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  1. ShinMaywa US-2 kit - ref.Aoshima is to release in July 2016 a 1/144th - ref. NĀ°1 Sources: http://www.aoshima-bk.co.jp/product/4905083011843/ http://www.arcforums.com/forums/air/index.php?showtopic=287695&view=findpost&p=2746837 Box art Test shot V.P.
  2. Just finished this one eventually after having it half built on the shelf for months concentrating on the other WW2 diorama, Very happy with the end result though Fujimi garage accessories, and Aoshima 1/24 scale MGB
  3. Another build that didn't make the Salty Sea Dog GB deadline, I hope it's not too obnoxious to continue it here. The build (or rather, a large amount of obsessing about camouflage without actually doing much building), up until this point can be found here: Most recent update sees the major colours of the camouflage (mostly) down; colourcoats 507C, B5, MS1: There don't seem to be any photos of the port side camouflage, barring some fairly obscured views of the island, so this is pretty much a guess as to what it might look like. Many thanks to Jamie and Richard for sorting through it all for me. It's not come out quite how I imagined it, but I'm reasonably happy. Looking back at the photos and plans, a few bits that haven't come out quite right, but after a bit of 507A on the flight- and quarter-decks, I think we're not a million miles away from assembly. Cheers, Andy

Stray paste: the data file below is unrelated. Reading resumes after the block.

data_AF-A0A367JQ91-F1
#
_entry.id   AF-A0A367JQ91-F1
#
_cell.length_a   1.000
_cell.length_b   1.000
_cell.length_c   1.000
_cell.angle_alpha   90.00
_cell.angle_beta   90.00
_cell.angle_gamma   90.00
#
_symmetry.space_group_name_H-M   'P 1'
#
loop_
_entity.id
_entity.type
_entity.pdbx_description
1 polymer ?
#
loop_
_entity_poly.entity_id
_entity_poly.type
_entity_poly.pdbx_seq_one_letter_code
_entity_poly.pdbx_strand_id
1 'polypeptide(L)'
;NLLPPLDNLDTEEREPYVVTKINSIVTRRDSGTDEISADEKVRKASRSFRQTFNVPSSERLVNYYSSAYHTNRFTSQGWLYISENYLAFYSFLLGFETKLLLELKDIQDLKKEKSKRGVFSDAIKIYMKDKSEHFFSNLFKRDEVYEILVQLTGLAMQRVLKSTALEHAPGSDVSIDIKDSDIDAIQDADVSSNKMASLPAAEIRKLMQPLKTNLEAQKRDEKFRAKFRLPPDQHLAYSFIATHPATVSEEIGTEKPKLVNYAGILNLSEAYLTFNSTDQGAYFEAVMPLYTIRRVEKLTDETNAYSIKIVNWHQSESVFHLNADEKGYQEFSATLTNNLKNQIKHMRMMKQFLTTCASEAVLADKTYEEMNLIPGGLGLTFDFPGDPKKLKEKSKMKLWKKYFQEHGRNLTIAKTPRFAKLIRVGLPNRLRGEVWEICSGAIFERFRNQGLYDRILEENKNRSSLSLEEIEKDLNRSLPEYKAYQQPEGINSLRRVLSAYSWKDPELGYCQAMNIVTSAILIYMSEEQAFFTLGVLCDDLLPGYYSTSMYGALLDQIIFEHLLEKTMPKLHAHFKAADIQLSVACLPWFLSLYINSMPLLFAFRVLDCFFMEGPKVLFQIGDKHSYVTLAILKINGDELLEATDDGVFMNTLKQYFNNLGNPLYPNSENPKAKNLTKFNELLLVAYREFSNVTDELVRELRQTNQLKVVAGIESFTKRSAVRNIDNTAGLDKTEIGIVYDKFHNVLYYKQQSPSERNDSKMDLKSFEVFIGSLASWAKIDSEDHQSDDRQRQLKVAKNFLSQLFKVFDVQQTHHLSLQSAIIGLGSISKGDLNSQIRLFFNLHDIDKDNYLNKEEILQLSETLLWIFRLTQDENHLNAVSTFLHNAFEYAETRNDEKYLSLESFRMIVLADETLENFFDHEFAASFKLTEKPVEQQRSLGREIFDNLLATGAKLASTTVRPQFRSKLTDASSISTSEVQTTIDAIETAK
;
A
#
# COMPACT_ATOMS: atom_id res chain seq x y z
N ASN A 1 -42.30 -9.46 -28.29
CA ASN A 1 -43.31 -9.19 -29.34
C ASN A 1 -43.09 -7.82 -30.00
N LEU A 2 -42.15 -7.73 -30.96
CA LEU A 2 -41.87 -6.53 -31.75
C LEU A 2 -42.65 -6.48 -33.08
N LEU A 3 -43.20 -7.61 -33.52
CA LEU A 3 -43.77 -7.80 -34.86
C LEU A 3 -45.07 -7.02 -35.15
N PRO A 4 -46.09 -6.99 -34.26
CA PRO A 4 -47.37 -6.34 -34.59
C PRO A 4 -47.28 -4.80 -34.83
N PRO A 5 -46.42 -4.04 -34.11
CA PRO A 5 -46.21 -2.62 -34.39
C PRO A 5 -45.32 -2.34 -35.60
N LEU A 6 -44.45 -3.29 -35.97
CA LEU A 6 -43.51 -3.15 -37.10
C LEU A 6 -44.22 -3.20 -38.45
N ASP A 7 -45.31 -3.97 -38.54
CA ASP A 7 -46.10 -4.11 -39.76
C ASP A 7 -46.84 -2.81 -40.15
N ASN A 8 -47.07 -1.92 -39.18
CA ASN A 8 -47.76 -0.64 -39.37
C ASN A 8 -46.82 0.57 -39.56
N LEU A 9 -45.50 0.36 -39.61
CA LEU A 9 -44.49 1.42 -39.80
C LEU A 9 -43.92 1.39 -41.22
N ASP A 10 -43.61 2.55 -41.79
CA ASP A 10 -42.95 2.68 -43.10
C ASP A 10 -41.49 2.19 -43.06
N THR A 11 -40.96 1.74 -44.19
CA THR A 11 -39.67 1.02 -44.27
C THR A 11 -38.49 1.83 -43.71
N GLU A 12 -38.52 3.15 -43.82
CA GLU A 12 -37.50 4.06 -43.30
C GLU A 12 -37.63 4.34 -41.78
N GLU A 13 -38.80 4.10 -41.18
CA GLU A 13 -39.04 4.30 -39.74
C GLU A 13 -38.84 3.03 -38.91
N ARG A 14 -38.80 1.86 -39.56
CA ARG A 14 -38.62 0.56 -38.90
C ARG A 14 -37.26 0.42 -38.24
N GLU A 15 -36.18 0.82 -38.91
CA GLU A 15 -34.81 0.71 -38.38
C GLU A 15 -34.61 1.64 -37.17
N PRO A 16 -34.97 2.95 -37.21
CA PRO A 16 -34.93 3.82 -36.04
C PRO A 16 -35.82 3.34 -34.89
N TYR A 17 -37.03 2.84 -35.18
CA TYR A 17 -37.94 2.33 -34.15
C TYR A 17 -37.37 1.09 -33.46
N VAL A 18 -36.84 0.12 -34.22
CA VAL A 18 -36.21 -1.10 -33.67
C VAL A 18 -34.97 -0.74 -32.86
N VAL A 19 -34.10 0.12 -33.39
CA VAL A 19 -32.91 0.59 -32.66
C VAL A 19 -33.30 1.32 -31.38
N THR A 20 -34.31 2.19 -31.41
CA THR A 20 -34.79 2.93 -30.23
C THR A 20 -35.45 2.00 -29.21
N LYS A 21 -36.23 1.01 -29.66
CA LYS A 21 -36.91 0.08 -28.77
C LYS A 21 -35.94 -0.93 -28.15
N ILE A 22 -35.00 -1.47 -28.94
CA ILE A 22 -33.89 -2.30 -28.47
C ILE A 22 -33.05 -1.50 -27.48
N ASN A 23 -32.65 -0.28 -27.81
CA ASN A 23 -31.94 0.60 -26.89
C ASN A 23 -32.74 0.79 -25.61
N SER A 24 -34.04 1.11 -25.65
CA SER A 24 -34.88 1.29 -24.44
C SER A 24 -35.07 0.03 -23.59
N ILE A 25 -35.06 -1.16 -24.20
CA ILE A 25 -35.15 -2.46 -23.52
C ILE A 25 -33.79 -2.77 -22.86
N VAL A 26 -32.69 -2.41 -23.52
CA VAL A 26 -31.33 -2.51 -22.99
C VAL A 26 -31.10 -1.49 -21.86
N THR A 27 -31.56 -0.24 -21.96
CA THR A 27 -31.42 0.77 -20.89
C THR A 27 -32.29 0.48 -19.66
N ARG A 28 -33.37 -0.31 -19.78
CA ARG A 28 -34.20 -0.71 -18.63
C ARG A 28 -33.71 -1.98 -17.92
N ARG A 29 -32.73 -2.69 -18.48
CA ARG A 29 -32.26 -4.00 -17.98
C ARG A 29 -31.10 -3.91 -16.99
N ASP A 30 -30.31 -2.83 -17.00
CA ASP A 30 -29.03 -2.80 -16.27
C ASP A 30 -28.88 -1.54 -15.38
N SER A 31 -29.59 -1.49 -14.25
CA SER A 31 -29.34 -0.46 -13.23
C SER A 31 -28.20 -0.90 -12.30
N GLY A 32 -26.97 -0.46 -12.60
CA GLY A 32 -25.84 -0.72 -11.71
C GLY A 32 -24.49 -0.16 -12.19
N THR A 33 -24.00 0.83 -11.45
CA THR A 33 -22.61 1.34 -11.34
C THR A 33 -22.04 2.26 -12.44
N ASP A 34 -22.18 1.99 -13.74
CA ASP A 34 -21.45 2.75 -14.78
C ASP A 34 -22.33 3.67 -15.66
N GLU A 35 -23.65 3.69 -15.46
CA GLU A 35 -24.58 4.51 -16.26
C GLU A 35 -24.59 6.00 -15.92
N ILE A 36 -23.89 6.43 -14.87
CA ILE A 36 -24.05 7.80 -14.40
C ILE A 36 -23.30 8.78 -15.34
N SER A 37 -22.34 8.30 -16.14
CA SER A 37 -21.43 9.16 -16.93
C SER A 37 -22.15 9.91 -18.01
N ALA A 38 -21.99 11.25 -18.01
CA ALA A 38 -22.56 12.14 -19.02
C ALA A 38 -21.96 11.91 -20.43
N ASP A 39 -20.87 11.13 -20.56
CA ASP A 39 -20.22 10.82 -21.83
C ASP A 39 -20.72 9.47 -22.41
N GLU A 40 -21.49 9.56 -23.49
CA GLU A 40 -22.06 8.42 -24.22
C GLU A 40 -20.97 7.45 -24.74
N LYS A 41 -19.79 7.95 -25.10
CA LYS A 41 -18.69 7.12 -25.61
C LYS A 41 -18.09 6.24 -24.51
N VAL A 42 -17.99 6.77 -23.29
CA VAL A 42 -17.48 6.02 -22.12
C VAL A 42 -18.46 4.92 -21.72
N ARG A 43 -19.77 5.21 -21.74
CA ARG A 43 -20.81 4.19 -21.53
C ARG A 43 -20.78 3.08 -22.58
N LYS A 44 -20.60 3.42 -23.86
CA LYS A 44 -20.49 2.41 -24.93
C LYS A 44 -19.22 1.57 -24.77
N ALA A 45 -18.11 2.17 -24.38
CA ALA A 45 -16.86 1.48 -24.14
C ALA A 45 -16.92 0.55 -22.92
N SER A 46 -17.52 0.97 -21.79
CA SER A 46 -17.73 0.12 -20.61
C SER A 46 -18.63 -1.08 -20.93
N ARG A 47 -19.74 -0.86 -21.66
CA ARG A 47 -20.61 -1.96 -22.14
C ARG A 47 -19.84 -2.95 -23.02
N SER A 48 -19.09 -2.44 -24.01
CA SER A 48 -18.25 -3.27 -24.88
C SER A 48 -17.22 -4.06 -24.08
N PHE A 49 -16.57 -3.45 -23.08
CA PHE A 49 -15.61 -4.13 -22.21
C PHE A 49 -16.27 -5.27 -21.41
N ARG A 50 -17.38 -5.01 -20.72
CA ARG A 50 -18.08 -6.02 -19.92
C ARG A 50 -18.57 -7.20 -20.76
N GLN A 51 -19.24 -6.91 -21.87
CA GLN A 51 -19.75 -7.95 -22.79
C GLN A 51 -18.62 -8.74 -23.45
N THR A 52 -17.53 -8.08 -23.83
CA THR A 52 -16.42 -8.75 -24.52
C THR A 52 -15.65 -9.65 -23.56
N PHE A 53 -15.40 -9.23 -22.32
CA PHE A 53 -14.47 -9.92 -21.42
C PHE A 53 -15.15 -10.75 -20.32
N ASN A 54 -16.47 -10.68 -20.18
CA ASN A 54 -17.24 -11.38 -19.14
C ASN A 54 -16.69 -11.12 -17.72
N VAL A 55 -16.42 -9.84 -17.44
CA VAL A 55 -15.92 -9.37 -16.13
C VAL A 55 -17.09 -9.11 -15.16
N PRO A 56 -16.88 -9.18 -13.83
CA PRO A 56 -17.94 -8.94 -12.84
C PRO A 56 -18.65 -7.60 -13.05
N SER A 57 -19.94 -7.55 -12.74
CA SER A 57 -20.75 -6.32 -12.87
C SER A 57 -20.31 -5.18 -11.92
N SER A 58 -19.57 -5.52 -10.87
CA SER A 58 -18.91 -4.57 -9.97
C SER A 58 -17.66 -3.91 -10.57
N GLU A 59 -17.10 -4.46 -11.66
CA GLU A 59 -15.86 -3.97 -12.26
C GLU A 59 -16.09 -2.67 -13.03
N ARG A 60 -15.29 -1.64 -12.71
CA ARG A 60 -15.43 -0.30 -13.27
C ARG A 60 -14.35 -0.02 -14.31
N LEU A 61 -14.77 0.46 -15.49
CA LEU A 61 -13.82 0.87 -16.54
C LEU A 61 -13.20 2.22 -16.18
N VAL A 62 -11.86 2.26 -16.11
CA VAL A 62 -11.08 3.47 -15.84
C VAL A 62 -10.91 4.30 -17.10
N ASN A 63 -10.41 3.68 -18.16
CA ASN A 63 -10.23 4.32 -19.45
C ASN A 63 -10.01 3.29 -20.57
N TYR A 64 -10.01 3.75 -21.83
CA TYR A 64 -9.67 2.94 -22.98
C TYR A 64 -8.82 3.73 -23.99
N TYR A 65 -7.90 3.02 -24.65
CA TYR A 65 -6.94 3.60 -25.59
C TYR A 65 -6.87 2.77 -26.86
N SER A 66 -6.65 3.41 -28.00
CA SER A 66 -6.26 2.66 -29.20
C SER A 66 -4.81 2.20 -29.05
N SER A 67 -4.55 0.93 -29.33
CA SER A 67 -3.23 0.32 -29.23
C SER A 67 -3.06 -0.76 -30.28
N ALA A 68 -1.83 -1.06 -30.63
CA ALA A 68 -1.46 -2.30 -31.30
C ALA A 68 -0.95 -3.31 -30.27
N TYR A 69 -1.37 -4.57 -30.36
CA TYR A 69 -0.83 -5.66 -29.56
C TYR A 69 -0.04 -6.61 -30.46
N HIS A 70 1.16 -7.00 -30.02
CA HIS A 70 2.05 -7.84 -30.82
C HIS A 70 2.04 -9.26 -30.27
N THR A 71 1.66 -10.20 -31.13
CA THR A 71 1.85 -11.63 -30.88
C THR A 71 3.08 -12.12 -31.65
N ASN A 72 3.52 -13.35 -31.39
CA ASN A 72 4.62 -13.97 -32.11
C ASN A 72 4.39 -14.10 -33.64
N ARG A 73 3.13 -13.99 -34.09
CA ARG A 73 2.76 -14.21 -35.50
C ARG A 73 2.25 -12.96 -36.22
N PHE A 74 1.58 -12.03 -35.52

4. With the photoshoot out of the way, it's time to call the MGB done. For those who haven't seen this kit, Aoshima's rubber bumper kit is a good one to go for as it has all the bits you need for the chrome bumper version in there as well (i.e. wire wheels and chrome bumpers). In effect, this kit is the chrome bumper kit with added Rostyle wheels, rubber bumper and tonneau cover. Unfortunately, that also means that all the other bits which changed in the 1974 facelift are also as the original - you can make a rubber-bumper version with this kit, but if you want it accurate you'll need to make quite a few modifications yourself. There are other good conversions on here, either completed or in progress, but I took the view that as 99%+ of people won't know of the difference I could live with the inaccuracies and make do with it as it it. The kit itself is kerbside, with the underside of the engine moulded into the chassis. With a bit of careful painting you can make it look ok, but it's not a bit to go showing off. It's not a new kit, but it is one which goes together well, although getting the body over the tub and aligned with its mounting slots is harder than I expected. Other than the wipers, that was about the only bit which gave me any trouble with fitment so I'd definitely recommend this kit. Mine is built out of the box with the exception of me adding seatbelts made of buckles from the Belkits Fiesta rally kit and some 2mm ribbon. I wanted to do it a '70s colour, and was initially going to paint it Sand Yellow (babysick), but couldn't find it in Halfords. They did do Inca Yellow which I nearly got until I decided to check out the Rover section and there was a spraycan of Russet Brown. I knew I had to use that for its '70s vibe, but the more I've worked on the car the more I like it and now I can't think of a colour I'd rather have used. That was then clear-coated with Tamiya TS13 Clear which seems to have made the brown that little bit richer. As for how I've done, in some ways this is one of my better builds. Certainly, it's rare for me not have any foul ups in sticking bits together but I've avoided it here. And I feel I'm getting better at BMFing too. The downside is the paint, not the colour but there are some bits where I went through the clear giving a bit of an uneven finish in some lights. For the most part it's hidden, but I know it's there and it does irritate. The link below takes you to the full build thread which should provide a more complete breakdown (caution: lots of detail painting in here!). With that lot written, time to go into photo overload (got rid of most of the dust, but it's amazing how quickly it reappears ). As usual, all comments and (constructive!) criticism is welcome. And thanks for looking, and for all the encouragement throughout the build. I'll start off with a top-down view (which is also probably the worst photo of the lot). After that, it's time for my usual tour around the car: I also tried a few shots in the sun since the weather was good this afternoon and the sulight really makes the brown pop, well as much as brown can anyway. Next time I'll open the conservatory doors as I hadn't appreciated how much the glass was going to reflect the highlights. Next up, a few close-ups of some of the bits I feel I managed to do a bit better than my usual standard. First up, since they got so many comments through the build thread, the Rostyle wheels. It took a long time to paint these, but the end result feels like it was worth it. Next up, the BMF. Still something of a beginner at this (this is only the 3rd car I've used it on), but I was particularly pleased with how the quarterlights went. Granted they're not perfect, but they are pretty much on the limit of my current ability. The mirror in the foreground was painted with Revell acrylic Silver (90) with details in semi-gloss black, and were then pinned to the bodywork to make them a bit stronger. Not strong enough to survive fitting the body to the chassis though. The coach strip is also done in BMF. Unfortunately, although I spent a bit of time getting rid of the dust from the car, before I took this shot I didn't spend as long getting rid of the dust from the camera lens and with the car almost touching the lens (as you can see from the reflection in the paint) it picked up all the lens dust in shot The other bit which I was pleased with was the interior. Like the wheels, this took a while with the detail painting. And, while it might be inaccurate, I'm happy with the result. I did wonder if the tan/Autumn Leaf seats might be a bit much with the brown body, but in the end I'm happy with the effect. And with that, all that's left is a few shots from when I started playing around with composition: Thanks again for looking. Hope there weren't too many photos!